Jesus is asking His and Our Father for transfer to heaven.  Do you think that the Father will deny His Son this request?

You wanna change your life?

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Here’s how:  change your narrative.

I think it is that simple.

A friend recently updated me on her warmer relationship with a formerly  (almost) estranged daughter.  This adult daughter repeatedly wanted to rehash childhood pain, assigning blame to her mom.  She maintained that only by revisiting those times could she and her mom reach a healthy place.

My friend decided to ‘change the narrative’.  She practiced a piece of Shakespeare’s advice fleshed out in Hamlet.  You’ve probably heard the adage, ‘assume a virtue and it’ll become yours’.  Here’s the context in this excerpt:

Hamlet, Act 3, Scene 4, Page 7

Good night—but go not to mine uncle’s bed.
Assume a virtue if you have it not.
That monster, custom, who all sense doth eat,
Of habits devil, is angel yet in this:
That to the use of actions fair and good
He likewise gives a frock or livery
That aptly is put on. Refrain tonight,
And that shall lend a kind of easiness
To the next abstinence, the next more easy.
How did she do it?  By ASSUMING that she and her daughter already had a healthy relationship and then proceeding from there.  In that way, she actually influences the conversations and her daughter has warmed to approach.  Their interactions have grown more frequent and enjoyable to both.
Jesus actually set this precedent long before Shakespeare.  I’ve often read the Upper Room Discourse in John 17 where Jesus makes this outlandish statement to His Father in verse 6:
“I have manifested your name to the people whom you gave me out of the world. Yours they were, and you gave them to me, and they have kept your word.”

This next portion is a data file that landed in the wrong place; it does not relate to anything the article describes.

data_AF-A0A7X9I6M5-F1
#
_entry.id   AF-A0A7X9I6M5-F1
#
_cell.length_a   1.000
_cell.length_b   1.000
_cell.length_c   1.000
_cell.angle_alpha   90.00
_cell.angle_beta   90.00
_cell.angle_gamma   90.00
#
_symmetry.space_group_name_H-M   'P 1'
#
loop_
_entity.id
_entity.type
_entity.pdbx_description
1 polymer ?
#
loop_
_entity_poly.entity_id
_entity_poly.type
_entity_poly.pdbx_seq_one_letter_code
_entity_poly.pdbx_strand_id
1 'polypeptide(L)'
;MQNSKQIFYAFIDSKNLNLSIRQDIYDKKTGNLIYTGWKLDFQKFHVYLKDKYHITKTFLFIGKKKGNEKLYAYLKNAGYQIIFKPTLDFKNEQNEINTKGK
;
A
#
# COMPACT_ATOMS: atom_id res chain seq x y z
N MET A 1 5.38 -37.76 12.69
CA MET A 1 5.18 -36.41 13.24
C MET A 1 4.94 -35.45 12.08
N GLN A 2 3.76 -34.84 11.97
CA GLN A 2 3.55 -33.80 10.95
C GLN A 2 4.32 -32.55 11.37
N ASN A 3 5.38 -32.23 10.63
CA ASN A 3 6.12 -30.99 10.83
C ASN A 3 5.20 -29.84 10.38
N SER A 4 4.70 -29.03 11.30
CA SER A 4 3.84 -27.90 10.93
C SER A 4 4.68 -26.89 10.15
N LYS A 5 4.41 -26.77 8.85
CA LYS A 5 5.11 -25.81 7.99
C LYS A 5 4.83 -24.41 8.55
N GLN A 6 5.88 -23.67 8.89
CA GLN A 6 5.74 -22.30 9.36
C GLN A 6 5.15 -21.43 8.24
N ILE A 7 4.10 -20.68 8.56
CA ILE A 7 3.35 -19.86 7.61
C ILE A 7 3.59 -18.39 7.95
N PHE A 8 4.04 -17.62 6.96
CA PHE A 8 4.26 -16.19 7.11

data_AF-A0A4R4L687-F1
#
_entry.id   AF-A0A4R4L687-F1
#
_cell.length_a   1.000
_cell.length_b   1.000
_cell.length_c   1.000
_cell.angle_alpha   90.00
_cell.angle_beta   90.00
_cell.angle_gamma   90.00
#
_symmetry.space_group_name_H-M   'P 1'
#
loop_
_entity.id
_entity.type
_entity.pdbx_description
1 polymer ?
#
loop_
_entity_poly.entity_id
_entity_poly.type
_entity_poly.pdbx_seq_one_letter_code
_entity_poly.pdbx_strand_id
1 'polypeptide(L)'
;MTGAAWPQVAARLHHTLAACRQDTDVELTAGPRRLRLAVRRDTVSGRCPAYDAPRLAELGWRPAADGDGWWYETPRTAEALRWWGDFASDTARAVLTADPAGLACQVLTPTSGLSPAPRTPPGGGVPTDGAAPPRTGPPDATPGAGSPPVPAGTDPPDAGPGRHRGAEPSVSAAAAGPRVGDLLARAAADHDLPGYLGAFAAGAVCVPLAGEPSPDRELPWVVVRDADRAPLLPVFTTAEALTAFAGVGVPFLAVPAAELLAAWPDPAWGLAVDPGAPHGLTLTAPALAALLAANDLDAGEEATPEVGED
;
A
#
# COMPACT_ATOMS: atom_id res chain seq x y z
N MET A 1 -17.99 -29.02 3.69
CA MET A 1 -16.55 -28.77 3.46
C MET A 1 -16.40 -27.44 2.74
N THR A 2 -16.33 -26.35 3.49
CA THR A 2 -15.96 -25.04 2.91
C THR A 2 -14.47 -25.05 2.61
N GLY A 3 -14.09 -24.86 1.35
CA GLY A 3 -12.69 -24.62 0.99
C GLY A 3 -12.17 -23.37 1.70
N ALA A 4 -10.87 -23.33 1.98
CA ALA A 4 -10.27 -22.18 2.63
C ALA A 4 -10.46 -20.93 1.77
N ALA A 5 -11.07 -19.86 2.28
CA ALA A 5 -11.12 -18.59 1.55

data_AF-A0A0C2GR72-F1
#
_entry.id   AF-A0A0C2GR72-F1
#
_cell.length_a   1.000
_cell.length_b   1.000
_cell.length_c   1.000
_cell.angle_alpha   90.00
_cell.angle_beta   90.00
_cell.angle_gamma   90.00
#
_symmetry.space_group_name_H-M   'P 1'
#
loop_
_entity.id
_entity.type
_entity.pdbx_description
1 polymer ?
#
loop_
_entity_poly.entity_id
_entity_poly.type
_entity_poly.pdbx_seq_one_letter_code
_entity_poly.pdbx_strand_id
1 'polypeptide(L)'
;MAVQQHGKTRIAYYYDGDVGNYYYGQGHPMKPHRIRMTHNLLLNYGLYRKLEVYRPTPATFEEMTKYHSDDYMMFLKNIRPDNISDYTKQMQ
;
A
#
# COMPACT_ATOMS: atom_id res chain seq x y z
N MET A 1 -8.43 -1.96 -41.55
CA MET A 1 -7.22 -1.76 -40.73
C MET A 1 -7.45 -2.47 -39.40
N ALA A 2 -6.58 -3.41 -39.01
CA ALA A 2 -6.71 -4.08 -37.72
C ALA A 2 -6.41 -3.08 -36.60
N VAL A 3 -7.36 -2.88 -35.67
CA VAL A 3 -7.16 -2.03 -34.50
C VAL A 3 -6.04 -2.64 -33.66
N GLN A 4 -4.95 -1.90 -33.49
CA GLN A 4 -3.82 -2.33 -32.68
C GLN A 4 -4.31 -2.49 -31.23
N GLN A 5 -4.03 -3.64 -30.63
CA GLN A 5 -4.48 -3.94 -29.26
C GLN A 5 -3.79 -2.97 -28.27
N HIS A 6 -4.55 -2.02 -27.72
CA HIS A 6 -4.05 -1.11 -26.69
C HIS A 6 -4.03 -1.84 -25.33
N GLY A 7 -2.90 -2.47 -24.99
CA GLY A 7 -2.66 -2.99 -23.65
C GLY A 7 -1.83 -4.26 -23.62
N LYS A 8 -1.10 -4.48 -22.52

The disciples kept God’s word???? Really?  What about Peter’s denial or James and John vying for the premier cabinet positions in the new kingdom?
But should we be so surprised when the Bible is replete with bold promises that for those who are in union with Christ, God sees them as pure and righteous.  We are told that the Father loves us, His adopted kids, just like He loves His beloved Son, Jesus.
And maybe that is the key to behaving better, to assume that it is true what Jesus says, what the Father says and act the part.
What if in a marriage locked in an impasse, one partner chose to treat his or her partner tenderly,  as though they were worthy of love and respect?
What if like the Jews carted off to Babylon, they started to treat their new pagan neighbors as though they were just as worthy of love and respect as their own race?
To bring it closer to home?  What if I dropped the narrative built up in reaction to the pain of my first years in my current school?  What if I started to ‘channel’:  God has so blessed me by giving me this job here!  What might change?
I can think of many applications of this principle of rewriting the script to break the logjam of negativity and failure.
I can hear someone say, “But it is not true!”
My one-word quick answer:  ….YET!!!!”
Lookit….if Jesus can describe his wobbly disciples as those who have KEPT His Word, then we are in good company if we treat others with grace (including ourselves) and interact with them as though they were ALREADY mature….loving….kind.
One further scriptural support.  Consider the grammar of verse 6 in the second chapter of Ephesians.  The verbs are in the PAST tense, meaning the action has been completed. God through Paul informs us that we are already sitting with Jesus in heaven:
For he raised us from the dead along with Christ and seated us with him in the heavenly realms because we are united with Christ Jesus.